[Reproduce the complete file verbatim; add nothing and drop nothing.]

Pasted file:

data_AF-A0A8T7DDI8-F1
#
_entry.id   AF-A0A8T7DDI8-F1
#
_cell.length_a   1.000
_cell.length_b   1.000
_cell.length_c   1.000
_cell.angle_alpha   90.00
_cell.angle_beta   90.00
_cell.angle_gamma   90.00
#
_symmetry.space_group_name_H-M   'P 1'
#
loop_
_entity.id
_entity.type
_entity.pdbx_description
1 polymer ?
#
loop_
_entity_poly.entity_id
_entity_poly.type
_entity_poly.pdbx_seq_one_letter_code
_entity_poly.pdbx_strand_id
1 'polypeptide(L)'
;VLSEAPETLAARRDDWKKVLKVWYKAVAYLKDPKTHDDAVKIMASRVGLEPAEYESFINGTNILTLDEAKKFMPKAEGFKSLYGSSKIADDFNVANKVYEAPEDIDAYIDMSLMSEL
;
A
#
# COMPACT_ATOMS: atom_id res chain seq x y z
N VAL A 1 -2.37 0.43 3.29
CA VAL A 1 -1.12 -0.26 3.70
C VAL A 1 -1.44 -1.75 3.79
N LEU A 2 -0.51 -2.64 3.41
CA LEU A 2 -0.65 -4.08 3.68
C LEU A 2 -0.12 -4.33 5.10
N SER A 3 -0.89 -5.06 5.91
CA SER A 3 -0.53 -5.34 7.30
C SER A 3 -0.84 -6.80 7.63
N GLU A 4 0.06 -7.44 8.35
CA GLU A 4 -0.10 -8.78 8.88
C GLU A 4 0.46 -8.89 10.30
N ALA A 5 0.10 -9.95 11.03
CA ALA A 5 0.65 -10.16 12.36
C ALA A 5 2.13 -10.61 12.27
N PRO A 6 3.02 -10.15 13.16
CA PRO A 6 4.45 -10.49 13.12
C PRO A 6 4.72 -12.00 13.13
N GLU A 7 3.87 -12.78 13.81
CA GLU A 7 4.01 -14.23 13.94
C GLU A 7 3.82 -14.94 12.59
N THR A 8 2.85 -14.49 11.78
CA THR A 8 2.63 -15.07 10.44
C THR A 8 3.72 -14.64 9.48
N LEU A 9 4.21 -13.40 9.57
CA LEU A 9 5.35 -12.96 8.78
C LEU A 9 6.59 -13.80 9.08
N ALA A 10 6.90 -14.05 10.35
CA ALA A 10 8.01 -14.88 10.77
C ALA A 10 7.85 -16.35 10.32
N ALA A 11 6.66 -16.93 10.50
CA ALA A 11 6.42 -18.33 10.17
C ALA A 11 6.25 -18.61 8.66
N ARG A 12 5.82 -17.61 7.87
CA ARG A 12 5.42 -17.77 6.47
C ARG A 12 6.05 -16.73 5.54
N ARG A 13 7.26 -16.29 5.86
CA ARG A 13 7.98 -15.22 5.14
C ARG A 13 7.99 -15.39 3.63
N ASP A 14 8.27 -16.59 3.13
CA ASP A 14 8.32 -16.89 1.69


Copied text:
data_AF-A0A8T7DDI8-F1
#
_entry.id   AF-A0A8T7DDI8-F1
#
_cell.length_a   1.000
_cell.length_b   1.000
_cell.length_c   1.000
_cell.angle_alpha   90.00
_cell.angle_beta   90.00
_cell.angle_gamma   90.00
#
_symmetry.space_group_name_H-M   'P 1'
#
loop_
_entity.id
_entity.type
_entity.pdbx_description
1 polymer ?
#
loop_
_entity_poly.entity_id
_entity_poly.type
_entity_poly.pdbx_seq_one_letter_code
_entity_poly.pdbx_strand_id
1 'polypeptide(L)'
;VLSEAPETLAARRDDWKKVLKVWYKAVAYLKDPKTHDDAVKIMASRVGLEPAEYESFINGTNILTLDEAKKFMPKAEGFKSLYGSSKIADDFNVANKVYEAPEDIDAYIDMSLMSEL
;
A
#
# COMPACT_ATOMS: atom_id res chain seq x y z
N VAL A 1 -2.37 0.43 3.29
CA VAL A 1 -1.12 -0.26 3.70
C VAL A 1 -1.44 -1.75 3.79
N LEU A 2 -0.51 -2.64 3.41
CA LEU A 2 -0.65 -4.08 3.68
C LEU A 2 -0.12 -4.33 5.10
N SER A 3 -0.89 -5.06 5.91
CA SER A 3 -0.53 -5.34 7.30
C SER A 3 -0.84 -6.80 7.63
N GLU A 4 0.06 -7.44 8.35
CA GLU A 4 -0.10 -8.78 8.88
C GLU A 4 0.46 -8.89 10.30
N ALA A 5 0.10 -9.95 11.03
CA ALA A 5 0.65 -10.16 12.36
C ALA A 5 2.13 -10.61 12.27
N PRO A 6 3.02 -10.15 13.16
CA PRO A 6 4.45 -10.49 13.12
C PRO A 6 4.72 -12.00 13.13
N GLU A 7 3.87 -12.78 13.81
CA GLU A 7 4.01 -14.23 13.94
C GLU A 7 3.82 -14.94 12.59
N THR A 8 2.85 -14.49 11.78
CA THR A 8 2.63 -15.07 10.44
C THR A 8 3.72 -14.64 9.48
N LEU A 9 4.21 -13.40 9.57
CA LEU A 9 5.35 -12.96 8.78
C LEU A 9 6.59 -13.80 9.08
N ALA A 10 6.90 -14.05 10.35
CA ALA A 10 8.01 -14.88 10.77
C ALA A 10 7.85 -16.35 10.32
N ALA A 11 6.66 -16.93 10.50
CA ALA A 11 6.42 -18.33 10.17
C ALA A 11 6.25 -18.61 8.66
N ARG A 12 5.82 -17.61 7.87
CA ARG A 12 5.42 -17.77 6.47
C ARG A 12 6.05 -16.73 5.54
N ARG A 13 7.26 -16.29 5.86
CA ARG A 13 7.98 -15.22 5.14
C ARG A 13 7.99 -15.39 3.63
N ASP A 14 8.27 -16.59 3.13
CA ASP A 14 8.32 -16.89 1.69